“Skymother save us,” Jovi whispered.
The light beam faltered immediately, and had disappeared altogether in a matter of seconds. The metal airship settled down about one hundred meters away.
There was a hiss, and a door appeared at the top of a ramp. A platinum blond in a tight, silver jumpsuit swaggered down the ramp, tailed by half a dozen suited men hanging a variety of weapons from hips and backs. The two scientists from earlier marched behind who Jovi assumed was their leader.
The Speaker glanced behind him, as if seeking an approval. Jovi followed his gaze and saw an old crone with few teeth and less hair start to come forward through the aid of a staff. She moved excruciatingly slowly, and even the landing party waited patiently for several minutes while she made the trek. The Speaker held out an arm as the old woman arrived, and she accepted it with a smile.
“What is the meaning of this, Helga?” The woman demanded. “I need these men shooting monsters, not dying in the middle of some gods forsaken dirt patch!”
The old womans’ head bobbed up and down slowly. “Best be tellin’ them, Lilith.” She waved to the warships remaining. “Twasn’t my idea for a fleet of buggers to come a’knockin.”
“They said you started it.” The young woman scowled.
“Aye, flew their ships right overhead I did. Lined ‘em up pretty as a peacock.” The old woman chuckled. “Use your ‘ead dearie. Look around you.”
Lilith paused to consider, glancing at the broken bodies, ships and weapons. Then the Speaker chimed in.
“Your boys were pretty upset that I didn’t bark on command, threatened all sorts of death and demise to my people.” He crossed his arms. “Have you asked them about it?”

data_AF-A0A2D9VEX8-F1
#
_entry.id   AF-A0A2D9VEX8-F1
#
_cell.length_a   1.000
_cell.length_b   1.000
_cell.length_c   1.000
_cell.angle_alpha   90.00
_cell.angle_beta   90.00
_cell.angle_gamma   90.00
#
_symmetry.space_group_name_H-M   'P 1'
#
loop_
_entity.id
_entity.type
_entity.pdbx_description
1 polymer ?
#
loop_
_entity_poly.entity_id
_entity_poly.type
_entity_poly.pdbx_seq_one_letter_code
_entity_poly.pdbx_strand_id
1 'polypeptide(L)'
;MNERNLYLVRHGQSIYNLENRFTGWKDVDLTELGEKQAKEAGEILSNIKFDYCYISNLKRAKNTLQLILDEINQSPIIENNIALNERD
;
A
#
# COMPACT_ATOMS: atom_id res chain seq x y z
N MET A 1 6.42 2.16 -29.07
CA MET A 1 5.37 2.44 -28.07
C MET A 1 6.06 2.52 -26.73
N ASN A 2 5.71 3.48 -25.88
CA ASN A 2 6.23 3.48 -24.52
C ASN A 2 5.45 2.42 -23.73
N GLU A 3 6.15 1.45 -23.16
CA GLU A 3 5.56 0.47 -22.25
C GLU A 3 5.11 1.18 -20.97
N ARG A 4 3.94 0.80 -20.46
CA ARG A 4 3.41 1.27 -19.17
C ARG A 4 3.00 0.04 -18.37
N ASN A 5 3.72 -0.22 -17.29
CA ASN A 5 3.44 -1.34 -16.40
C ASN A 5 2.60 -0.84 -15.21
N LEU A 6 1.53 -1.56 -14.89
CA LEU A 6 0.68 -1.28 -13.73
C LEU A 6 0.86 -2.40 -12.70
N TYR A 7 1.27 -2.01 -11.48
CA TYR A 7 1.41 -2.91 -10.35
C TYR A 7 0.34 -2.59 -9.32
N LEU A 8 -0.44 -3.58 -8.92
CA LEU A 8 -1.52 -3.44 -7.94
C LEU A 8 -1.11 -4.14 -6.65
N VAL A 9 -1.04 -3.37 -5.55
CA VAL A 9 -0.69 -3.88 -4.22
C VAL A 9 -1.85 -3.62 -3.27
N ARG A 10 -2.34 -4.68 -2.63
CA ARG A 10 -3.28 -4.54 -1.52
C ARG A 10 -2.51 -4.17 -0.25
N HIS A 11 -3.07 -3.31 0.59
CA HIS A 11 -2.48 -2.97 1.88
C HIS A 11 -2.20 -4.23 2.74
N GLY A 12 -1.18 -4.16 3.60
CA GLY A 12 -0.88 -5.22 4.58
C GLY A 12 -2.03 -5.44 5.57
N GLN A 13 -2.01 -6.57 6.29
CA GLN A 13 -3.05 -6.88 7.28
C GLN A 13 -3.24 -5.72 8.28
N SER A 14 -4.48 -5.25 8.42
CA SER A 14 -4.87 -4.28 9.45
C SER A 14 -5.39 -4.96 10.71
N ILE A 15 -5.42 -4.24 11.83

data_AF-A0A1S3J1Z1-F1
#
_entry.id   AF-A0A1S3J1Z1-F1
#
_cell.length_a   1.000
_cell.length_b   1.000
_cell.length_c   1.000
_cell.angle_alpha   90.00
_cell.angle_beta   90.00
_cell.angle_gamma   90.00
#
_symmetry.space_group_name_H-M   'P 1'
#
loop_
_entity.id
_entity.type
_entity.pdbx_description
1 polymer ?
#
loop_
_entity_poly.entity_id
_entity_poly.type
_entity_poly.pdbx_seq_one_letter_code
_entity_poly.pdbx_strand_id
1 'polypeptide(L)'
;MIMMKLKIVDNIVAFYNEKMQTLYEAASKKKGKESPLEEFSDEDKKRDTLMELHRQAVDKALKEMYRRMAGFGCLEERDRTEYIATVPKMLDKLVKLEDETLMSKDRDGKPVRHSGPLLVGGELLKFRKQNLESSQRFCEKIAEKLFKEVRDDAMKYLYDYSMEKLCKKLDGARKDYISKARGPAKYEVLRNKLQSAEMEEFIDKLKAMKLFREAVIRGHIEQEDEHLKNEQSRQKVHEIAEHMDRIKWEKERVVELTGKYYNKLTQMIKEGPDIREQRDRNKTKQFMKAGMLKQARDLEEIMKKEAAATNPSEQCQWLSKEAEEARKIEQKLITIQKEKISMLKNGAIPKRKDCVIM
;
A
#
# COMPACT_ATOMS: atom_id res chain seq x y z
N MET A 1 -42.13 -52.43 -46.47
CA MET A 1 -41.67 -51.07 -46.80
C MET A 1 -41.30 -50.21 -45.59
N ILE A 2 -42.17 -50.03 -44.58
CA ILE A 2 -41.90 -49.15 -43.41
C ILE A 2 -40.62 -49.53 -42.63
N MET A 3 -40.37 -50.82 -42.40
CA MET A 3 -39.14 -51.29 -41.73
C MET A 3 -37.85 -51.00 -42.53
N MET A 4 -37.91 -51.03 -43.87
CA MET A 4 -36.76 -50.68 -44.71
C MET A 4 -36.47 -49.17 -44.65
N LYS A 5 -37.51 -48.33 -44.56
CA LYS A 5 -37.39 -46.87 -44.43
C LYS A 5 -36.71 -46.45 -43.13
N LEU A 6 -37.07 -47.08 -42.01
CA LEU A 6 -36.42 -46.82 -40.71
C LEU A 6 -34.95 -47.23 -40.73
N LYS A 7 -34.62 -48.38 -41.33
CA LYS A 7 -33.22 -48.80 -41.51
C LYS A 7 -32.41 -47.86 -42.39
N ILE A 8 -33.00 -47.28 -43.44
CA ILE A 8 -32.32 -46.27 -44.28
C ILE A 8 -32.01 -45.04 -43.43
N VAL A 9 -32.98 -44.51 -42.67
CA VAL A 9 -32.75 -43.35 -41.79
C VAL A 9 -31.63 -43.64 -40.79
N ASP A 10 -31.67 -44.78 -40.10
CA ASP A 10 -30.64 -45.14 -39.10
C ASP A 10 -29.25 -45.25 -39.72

Her eyes narrowed.
The woman whirled and a hushed argument ensued, the two scientists gestured wildly as she glared. There was a crack and Brutus flew to the ground from a vicious smack. Lilith shrieked into the sky.
Then visibly wrestled herself under control.
“Death and demise, yes. But not from us-”
Before she could get more specific, a blue blur blitzed over the forest and smashed to the ground between both sides. “Speaker!” Carkus vaulted easily off of Zimi. “Gungrave have the pass pinched tight. Prot slipped that new Leliana girl and the redhead…through the mountains..” He gradually noticed the tension in the air. “He…said I should… Did I…Did I miss something?”
“Y’mean to tell me you didn’t smell fire and destruction when you flew right over it?” Bristol bristled. “I thought you could smell anything!?”
“I was distracted,” Carkus spat. “And I’ve eaten…well never you mind what I’ve been eating.”
Bristol turned pale.
“Enough,” Lilith both spat and cooed. “I was planning to visit the Overseer in Gungrave anyway. To enlist his aid in repelling the plague. It sounds like my cure might be there too, I should think he’ll be most helpful in retrieving it. Excellent.” Lilith pivoted and sauntered back toward her amazing ship. Then she stopped short, glancing over one shoulder.
“I’m going to Gungrave, you may die as you wish out here. Do not presume to stop me.”
She disappeared up that impossibly shiny ramp with a hiss and a puff of steam. The ship rose quietly and zipped into the distance.
The monks clustered around the Speaker and the mysterious old woman, most of them clamoring to know about the woman.
“Our priorities have shifted,” the Speaker interrupted, “and we find ourselves in need of a little haste. Let us put aside these questions for now. Gather our wounded and bury the dead quickly, and let’s get out of here.”
The old woman raised a hand, quieting the crowd.
“Lilith is a cruel, despicable woman whose greed knows no bounds. But she does not lie easily. I trust her word about the danger, at least. Let us forego burying the dead of the enemy this once. To better honor the safety of the living.”
The Speaker nodded. “War brothers, infiltrators – you scavenge from the wreckages,” he waved at the smoking warships. “Food, medicine, weapons, whatever you think is important. Inititates,” he addressed everyone else as the elite groups scattered, “check the dead and wounded. Bring the living here. The injured soldiers we’ll turn over to their comrades.”
Jovi looked up, noticing the four ships weaving a landing spiral. They’d be landed in just a few minutes. She broke free of watching the ships to assist her brothers and sisters just as another bone-shattering sonic boom rocked the clearing, from the direction of the mountains this time.
Stay safe you two!